The Gujarati magnum-opus that measures up to the best in world literature
--- by Ritwij
Discuss literature with any Gujarati and one name that is sure to crop up is “Saraswatichandra”. No Gujarati worth his/her salt can claim to be cultured enough without having read this mega-novel spanning over four volumes totaling to more than nineteen hundred pages, perhaps alluring to the nineteenth century in which it was written. All the same it is doubtful whether even one percent of the Gujarati reading fraternity would have read all those nineteen hundred and odd pages and rarer still would be the person who has understood it in its entirety.
Yet, “Saraswatichandra” not only heralded the new trend of prose writing in Gujarati but also set highest achievable standards which all aspiring writers aim to measure up to. So much so that even the talented author like K.M. Munshi confesses having resorted to writing historical and mythological novels in order to create a distinct space for himself in the minds of reading population, else he would have been compared with Shri Govardhanram Madhavram Tripathi the author of ‘Saraswatichandra” and overshadowed by him. Needless to say till date both “Saraswatichandra” and its author remain unmatched.
Like all epical compositions the achievement or success of “Saraswatichandra” perhaps lies in its creation of a mystic world a part of which is real and known to us while the other part remains in the realm of an ideal awaiting to be realized by the human beings. Though being a work of fiction it arouses in the reader an aspiration to attain the high living standards in all spheres of life; be it individual evolution and refinement, inter-personal relationships, familial ties, integrity in the sphere of work, or in the social and political environment.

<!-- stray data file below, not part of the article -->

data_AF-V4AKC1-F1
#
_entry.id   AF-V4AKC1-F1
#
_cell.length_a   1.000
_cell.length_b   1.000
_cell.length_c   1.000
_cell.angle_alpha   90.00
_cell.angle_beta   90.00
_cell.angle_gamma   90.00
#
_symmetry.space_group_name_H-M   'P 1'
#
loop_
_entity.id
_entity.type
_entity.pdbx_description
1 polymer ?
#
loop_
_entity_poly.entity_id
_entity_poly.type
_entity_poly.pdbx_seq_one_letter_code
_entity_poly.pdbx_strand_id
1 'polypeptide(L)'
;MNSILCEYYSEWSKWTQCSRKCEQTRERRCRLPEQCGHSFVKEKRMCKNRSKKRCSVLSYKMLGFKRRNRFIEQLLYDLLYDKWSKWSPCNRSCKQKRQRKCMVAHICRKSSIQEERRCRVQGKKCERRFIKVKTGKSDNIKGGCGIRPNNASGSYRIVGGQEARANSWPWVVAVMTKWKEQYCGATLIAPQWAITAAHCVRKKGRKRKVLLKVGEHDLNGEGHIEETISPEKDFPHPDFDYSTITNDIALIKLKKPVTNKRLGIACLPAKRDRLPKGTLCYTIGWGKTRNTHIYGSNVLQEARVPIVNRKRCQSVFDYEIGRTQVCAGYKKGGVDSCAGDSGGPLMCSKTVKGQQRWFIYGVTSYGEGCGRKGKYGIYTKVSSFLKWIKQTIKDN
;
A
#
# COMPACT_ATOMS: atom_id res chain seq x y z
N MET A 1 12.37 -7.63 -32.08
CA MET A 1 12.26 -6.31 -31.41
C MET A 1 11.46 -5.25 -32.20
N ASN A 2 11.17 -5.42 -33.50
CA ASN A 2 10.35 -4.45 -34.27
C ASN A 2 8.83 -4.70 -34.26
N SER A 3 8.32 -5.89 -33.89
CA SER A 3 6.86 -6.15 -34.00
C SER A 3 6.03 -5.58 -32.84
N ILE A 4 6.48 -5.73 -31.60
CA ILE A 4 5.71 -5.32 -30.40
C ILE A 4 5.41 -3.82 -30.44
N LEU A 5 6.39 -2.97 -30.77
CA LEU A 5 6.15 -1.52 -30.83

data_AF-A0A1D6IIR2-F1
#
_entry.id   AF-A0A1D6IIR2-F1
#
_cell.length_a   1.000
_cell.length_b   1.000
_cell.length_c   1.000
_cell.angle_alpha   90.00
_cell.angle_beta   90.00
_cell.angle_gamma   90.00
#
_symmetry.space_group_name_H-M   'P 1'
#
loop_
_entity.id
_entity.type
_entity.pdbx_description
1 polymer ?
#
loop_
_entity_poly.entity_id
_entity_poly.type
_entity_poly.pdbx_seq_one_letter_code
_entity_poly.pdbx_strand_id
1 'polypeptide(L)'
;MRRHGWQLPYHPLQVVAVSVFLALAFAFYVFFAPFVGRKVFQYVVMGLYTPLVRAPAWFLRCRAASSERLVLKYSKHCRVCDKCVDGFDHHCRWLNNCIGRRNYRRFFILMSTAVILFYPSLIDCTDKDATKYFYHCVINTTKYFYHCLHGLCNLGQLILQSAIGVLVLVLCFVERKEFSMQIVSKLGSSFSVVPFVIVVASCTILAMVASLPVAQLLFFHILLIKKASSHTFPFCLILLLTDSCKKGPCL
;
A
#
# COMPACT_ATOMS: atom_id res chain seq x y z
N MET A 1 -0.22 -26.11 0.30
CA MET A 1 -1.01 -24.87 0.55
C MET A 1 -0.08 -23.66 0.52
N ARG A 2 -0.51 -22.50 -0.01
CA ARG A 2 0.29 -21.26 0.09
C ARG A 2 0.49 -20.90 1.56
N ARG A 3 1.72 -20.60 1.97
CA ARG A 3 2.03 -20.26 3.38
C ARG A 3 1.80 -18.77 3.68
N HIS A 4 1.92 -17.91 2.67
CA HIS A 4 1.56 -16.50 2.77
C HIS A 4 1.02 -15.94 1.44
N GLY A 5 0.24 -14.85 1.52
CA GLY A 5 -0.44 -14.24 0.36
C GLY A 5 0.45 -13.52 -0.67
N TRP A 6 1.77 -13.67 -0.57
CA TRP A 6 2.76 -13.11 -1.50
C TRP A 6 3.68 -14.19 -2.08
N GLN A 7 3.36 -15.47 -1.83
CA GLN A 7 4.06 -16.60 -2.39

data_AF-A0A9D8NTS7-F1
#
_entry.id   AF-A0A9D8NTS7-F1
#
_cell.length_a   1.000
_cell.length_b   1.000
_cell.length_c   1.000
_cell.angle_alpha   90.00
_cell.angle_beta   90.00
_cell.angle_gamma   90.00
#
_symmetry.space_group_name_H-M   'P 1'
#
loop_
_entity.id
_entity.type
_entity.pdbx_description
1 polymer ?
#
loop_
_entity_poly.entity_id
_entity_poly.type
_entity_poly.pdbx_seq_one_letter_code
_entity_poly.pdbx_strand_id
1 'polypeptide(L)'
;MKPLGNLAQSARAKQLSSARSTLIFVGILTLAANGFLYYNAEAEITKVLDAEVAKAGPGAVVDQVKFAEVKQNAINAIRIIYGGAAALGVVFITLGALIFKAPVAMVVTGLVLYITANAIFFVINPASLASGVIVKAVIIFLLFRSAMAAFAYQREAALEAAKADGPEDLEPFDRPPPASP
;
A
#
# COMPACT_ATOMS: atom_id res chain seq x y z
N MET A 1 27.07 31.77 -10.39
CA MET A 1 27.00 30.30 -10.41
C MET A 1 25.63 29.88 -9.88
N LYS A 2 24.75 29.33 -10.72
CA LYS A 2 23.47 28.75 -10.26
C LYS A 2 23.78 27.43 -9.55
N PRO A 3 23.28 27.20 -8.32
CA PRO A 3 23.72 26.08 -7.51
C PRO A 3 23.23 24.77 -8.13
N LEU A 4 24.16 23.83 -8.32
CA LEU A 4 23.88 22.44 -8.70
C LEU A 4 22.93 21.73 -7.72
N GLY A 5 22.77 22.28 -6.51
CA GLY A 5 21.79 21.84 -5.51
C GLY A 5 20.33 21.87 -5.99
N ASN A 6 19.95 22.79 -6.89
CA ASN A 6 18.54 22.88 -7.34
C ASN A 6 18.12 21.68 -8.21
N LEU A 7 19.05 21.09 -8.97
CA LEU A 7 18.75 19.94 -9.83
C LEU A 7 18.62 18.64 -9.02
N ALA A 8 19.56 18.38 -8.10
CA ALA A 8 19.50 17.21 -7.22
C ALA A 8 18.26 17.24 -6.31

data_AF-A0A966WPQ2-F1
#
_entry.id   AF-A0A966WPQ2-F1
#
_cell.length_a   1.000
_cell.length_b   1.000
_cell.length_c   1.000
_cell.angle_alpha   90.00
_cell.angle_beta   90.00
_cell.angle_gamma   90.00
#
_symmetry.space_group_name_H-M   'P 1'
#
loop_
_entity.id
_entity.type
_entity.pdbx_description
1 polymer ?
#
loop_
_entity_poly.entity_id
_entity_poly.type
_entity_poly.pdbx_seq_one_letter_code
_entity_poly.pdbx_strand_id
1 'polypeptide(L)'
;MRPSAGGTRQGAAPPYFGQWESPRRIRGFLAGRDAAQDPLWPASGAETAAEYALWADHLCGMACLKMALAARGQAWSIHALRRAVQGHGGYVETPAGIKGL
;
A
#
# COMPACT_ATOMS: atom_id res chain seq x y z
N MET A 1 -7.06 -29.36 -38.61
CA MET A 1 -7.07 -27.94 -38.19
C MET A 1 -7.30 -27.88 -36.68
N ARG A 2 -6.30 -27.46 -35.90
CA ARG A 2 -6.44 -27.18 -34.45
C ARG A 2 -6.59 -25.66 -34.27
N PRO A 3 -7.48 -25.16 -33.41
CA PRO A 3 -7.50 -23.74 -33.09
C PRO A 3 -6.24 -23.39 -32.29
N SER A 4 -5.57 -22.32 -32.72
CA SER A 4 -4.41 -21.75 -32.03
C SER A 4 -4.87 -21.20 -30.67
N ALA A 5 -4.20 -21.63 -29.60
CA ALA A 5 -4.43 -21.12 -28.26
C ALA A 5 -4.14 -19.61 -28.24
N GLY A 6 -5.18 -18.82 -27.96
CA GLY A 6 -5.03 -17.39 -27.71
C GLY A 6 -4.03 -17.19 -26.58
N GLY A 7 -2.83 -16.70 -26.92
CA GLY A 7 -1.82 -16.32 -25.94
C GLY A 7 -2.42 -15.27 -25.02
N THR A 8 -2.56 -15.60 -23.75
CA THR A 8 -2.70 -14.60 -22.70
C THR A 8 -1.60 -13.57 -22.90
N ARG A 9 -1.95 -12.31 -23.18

Explaining his reason for writing the novel, the author writes in the Preface to the first part “The conviction has grown upon him (the author) that the reality in flesh and blood under the guise of fiction can supply the ordinary reader with subtler moulds and finer casts for the formation of his inner self than abstract discussions and this is especially so with a people who must be made, and not simply left to read."
It is not as if “Saraswatichandra” presents only the goody goody picture of life. Instead it depicts the harsh realities of human life in all its varied forms. The cunning and scheming relatives, the foolish and the debauch people indulging in base tricks to earn a few material gains, the harsh role that of destiny working at the cross purpose of individual aspirations, the social inequities, the national politics, etc. all have been depicted and discussed thouroughly. And yet it aims to inspire man to rise above his environment and evolve into a refined being.
The real beauty of “Saraswatichandra” is that though it is written in Gujarati it has extensive quotations both from the Sanskrit classics as well as English literary masterpieces. In fact in the more serious discussions the author often expresses extensively his own thoughts in English, arousing a feeling of being in tune with the Global humanity in the minds of the reader. With his wide ranging knowledge and high thinking prowess one is often left wondering; why did he not write the entire novel in English itself? Had he done so “Saraswatichandra” would have easily earned international acclaim and accolades as well.